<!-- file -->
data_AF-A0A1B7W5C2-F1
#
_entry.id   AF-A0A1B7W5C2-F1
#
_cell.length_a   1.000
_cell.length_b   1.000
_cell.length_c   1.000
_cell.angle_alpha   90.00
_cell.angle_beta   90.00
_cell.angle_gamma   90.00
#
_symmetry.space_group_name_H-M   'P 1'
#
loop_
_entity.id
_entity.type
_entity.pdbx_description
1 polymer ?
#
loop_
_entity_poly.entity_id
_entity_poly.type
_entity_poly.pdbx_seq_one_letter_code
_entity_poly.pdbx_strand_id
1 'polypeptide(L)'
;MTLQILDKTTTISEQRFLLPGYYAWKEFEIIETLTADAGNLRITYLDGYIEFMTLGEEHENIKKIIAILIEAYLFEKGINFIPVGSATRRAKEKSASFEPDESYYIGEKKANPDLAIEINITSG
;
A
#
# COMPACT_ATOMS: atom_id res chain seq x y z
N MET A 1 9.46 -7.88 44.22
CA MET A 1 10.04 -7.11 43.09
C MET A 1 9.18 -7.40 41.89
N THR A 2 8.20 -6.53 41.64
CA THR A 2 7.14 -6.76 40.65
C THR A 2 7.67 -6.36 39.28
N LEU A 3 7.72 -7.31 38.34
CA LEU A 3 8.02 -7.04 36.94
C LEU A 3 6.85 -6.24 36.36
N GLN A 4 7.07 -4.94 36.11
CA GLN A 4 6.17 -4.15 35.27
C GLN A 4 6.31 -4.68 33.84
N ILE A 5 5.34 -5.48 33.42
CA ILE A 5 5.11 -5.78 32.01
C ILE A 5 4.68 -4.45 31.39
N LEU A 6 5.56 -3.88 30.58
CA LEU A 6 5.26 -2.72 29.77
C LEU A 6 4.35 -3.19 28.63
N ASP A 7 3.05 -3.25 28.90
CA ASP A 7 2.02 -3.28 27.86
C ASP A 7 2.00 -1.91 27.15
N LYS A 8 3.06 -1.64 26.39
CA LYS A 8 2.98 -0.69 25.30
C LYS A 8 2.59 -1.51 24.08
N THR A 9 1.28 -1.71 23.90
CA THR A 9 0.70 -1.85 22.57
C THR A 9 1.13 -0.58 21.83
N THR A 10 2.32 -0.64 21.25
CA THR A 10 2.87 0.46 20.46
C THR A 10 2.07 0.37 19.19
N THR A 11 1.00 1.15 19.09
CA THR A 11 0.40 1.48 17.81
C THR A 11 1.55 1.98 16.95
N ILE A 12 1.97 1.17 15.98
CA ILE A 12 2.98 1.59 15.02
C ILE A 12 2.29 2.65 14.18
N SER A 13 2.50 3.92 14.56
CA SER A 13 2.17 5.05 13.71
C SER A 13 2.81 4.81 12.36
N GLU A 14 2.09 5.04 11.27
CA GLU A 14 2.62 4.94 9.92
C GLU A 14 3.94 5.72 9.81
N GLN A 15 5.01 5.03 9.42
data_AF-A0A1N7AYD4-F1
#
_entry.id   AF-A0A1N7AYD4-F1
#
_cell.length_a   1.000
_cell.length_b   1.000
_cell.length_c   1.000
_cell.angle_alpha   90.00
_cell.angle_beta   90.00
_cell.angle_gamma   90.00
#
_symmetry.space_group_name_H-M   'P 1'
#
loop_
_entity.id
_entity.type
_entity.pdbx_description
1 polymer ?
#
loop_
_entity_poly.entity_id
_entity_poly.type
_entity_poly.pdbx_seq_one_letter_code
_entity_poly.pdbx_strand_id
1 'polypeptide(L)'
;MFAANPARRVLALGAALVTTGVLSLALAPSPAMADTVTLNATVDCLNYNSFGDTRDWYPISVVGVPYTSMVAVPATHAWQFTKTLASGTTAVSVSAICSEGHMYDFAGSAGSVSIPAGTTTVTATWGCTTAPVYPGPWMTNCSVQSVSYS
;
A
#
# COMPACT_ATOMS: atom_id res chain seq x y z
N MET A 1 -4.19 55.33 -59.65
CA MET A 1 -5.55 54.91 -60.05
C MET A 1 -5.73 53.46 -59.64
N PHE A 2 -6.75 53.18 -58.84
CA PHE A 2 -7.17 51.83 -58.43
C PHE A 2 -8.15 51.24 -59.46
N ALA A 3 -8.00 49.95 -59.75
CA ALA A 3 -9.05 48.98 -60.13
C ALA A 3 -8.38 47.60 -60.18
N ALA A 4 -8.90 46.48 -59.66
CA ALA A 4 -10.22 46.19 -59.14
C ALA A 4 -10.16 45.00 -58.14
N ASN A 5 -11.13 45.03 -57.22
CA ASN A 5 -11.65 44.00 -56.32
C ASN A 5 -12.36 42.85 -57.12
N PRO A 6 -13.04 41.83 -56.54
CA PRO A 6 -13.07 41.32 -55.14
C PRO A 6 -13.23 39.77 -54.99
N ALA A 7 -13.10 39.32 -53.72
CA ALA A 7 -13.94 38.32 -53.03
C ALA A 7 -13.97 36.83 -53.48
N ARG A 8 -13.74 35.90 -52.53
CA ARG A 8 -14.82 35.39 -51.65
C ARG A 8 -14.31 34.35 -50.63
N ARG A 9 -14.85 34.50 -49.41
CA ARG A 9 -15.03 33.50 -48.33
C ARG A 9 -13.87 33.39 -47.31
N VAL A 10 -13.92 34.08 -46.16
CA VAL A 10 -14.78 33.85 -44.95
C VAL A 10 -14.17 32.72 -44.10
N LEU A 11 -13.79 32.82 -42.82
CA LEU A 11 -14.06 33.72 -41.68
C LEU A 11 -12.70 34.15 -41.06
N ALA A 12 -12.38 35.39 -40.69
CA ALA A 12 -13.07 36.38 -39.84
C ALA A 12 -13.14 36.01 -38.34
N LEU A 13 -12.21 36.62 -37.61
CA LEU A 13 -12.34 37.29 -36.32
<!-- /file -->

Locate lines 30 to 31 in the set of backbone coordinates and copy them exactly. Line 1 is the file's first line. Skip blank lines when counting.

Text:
# COMPACT_ATOMS: atom_id res chain seq x y z
N MET A 1 9.46 -7.88 44.22